32 hour Party People

Having returned home for the Queen’s Birthday Long Weekend, over a red wine at Headlands Hotel, Austinmner with the parentals, the subject for another nostalgic post took hold.

The discussion was around music, and my extensive collection of ticket stubs from late 90’s, early 2000’s concerts. I think I made the comment that ‘It wasn’t always fun and games back then’….

It was December 98. Main characters assembled : Kate S, Jess, C- Ron and movie extra Chris Hopkins. We were attending UK electronic music act ‘The Prodigy” at Selina’s, Coogee Bay Hotel. We were overly excited, ill-equipped, naive, from Wollongong.

The gig was EPIC. Like nothing we had ever experienced. The gig was a mosh pit from start to finish and I feared for my life on many occasions. The big beat music exhausted everyone, sweat dripped from the roof, body heat reached fever pitched. It was a life affirming.

The next morning we awoke from our temporary resting place at the YHA Sydney city , and rallied the strength to do it all again. Our next musical adventure was to be Homebake, an all Australian outdoor music concert in Hyde Park.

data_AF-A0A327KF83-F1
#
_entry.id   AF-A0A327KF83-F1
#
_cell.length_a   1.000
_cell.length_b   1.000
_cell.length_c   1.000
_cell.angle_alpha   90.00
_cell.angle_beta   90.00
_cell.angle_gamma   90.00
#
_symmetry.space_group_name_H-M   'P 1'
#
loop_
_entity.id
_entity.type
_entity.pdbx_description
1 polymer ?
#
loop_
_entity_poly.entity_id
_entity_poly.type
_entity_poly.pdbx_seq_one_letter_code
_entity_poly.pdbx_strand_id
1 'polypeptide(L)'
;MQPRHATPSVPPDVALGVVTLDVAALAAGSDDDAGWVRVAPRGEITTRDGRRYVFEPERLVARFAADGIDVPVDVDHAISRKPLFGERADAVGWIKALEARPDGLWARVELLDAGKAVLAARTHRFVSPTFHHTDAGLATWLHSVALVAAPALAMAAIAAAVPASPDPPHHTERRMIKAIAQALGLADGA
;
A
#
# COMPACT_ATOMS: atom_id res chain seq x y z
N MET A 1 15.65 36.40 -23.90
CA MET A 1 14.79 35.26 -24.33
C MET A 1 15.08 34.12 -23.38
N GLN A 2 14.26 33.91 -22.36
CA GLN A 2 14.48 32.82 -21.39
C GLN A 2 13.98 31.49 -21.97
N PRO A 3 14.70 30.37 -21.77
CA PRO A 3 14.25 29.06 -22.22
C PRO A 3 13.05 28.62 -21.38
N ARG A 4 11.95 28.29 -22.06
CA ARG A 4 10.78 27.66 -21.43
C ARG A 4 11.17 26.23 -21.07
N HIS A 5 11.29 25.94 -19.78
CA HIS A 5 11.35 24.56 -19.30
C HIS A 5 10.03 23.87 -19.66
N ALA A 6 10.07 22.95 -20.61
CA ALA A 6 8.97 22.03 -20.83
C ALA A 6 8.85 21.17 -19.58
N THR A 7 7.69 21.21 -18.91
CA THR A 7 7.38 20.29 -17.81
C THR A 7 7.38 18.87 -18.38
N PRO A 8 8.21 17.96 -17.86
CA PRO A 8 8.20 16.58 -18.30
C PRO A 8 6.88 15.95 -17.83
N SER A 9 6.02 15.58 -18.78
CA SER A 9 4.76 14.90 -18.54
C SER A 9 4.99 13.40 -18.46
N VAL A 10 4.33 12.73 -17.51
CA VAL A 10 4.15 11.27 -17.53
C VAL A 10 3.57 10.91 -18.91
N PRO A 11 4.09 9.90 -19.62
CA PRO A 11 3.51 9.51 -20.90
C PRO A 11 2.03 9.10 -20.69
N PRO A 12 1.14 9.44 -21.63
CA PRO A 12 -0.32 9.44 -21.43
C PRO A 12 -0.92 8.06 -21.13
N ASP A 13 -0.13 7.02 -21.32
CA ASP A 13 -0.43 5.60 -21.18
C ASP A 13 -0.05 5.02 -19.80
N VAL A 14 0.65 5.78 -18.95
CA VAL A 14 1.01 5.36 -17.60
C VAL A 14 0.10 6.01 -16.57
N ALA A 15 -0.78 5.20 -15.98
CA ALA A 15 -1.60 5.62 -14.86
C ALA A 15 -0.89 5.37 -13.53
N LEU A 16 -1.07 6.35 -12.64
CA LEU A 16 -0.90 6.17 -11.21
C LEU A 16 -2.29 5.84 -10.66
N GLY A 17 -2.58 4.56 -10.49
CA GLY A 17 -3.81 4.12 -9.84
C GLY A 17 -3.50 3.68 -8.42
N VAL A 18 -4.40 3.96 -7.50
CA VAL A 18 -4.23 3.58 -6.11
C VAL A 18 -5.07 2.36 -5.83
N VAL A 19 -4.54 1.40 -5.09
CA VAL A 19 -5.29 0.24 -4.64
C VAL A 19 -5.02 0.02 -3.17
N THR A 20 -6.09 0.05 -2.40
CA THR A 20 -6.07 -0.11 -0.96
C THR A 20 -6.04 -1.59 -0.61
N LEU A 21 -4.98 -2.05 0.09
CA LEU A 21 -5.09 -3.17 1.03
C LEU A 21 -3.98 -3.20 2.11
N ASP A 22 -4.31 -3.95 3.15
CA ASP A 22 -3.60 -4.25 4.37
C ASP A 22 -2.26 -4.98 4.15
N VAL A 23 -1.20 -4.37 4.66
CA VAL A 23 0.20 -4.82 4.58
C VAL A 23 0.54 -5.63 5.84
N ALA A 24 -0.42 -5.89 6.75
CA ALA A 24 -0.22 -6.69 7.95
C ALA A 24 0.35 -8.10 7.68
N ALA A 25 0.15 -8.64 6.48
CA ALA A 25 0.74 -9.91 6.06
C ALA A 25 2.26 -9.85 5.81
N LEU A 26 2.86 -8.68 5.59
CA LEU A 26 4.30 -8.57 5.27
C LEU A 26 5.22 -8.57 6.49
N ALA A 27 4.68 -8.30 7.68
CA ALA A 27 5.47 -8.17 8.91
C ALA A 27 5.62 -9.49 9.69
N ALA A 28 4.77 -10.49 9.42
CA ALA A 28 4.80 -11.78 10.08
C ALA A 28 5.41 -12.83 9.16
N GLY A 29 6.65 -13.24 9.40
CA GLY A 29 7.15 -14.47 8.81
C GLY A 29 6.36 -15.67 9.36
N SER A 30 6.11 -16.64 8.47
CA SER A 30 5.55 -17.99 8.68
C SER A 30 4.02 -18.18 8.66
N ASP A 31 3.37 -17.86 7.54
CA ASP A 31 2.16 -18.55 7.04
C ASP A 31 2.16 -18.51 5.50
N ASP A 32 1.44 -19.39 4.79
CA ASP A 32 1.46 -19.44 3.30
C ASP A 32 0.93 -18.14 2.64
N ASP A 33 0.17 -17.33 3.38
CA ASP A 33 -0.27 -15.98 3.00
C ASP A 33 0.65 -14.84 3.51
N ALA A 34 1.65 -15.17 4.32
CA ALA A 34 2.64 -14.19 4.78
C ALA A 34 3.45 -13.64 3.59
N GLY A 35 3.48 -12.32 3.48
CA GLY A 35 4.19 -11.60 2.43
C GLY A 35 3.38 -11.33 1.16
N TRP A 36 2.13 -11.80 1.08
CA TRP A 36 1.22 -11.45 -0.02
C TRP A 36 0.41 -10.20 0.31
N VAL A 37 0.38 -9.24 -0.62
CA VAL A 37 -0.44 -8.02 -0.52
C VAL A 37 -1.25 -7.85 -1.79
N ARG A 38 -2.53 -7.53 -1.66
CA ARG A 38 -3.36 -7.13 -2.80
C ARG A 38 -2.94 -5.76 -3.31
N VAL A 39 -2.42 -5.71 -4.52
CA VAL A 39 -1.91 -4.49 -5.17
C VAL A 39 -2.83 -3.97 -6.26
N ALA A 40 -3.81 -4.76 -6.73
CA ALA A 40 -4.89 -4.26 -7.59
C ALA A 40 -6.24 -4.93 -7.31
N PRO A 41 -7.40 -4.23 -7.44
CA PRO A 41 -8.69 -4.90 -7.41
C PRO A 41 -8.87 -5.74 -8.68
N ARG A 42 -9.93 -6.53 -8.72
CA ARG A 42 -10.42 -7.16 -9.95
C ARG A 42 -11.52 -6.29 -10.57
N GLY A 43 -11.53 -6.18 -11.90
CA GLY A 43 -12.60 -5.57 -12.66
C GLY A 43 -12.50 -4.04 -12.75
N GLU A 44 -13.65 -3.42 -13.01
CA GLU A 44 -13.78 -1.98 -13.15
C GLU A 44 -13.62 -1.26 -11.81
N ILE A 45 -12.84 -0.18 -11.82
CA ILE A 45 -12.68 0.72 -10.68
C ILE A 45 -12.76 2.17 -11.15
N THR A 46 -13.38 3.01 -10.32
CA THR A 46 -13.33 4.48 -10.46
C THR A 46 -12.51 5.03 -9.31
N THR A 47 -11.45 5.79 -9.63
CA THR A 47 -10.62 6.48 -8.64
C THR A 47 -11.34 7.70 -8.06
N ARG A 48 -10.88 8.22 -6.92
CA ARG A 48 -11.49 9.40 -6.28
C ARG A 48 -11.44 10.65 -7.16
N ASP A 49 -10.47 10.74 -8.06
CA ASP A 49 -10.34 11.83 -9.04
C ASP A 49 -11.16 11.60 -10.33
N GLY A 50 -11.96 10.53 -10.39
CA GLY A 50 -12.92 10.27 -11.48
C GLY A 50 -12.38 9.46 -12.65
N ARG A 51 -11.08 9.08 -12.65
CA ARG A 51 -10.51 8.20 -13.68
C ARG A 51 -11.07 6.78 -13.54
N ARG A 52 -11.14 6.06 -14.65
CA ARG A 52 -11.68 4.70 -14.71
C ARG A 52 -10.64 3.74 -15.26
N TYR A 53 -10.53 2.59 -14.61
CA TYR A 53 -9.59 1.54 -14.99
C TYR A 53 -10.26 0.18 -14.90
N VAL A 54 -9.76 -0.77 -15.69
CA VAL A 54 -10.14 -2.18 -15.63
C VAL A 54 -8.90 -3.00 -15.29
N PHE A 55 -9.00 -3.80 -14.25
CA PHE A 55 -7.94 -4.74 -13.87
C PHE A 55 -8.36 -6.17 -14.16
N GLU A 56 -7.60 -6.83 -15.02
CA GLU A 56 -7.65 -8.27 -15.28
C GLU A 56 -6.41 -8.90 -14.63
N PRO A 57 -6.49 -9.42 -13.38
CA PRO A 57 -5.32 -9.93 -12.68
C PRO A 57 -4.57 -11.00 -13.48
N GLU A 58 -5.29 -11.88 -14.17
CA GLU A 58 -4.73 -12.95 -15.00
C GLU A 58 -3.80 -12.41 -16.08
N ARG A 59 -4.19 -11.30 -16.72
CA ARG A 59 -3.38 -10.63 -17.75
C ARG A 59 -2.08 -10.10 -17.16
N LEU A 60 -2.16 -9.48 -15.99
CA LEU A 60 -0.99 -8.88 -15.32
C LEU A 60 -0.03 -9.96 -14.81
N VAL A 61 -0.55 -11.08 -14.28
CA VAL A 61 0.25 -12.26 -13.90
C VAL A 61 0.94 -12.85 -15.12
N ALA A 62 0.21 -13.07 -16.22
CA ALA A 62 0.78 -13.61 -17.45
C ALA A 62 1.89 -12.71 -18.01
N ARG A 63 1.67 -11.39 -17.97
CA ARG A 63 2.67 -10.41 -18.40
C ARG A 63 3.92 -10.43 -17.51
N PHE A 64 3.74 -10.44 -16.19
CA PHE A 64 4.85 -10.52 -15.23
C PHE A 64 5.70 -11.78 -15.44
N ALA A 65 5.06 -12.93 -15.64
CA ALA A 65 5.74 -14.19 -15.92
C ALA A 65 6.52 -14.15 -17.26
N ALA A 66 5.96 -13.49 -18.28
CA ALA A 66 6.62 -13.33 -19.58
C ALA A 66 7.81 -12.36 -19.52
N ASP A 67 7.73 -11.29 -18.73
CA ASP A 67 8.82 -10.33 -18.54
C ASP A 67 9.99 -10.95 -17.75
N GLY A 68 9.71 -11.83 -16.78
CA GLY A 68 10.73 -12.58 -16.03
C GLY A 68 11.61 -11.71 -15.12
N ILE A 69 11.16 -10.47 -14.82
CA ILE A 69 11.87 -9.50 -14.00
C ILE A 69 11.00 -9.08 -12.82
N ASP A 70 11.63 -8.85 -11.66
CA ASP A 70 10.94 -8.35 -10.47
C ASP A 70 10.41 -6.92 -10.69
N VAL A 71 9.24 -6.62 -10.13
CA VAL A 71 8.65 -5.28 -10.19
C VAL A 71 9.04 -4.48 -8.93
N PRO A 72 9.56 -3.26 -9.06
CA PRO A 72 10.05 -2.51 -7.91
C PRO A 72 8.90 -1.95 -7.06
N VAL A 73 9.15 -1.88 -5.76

We were overly excited, ill-equipped, naive, from Wollongong. Having underestimated the energy zapping nature of the gig the night before, we had little in reserves for an all day outdoor festival.

And it rained. Homebake became Mudbake. I recall very little of the festival other than Jess had a plastic water bottle, filled with vodka, that she had offered to C- R0n who was thirsty? He took a large gulp, eyes widening as he did – and not one to waste, the alcohol was swallowed – followed by anger, silent treatment and Jess’s laughter.

We packed it in early – the rain, the mud, our depleted energy levels, the Prodigy drum and bass from the night before outclassing the more conservative Aussie music scene that day.

We boarded a city rail train at Central and accepted our fate – the long train ride South.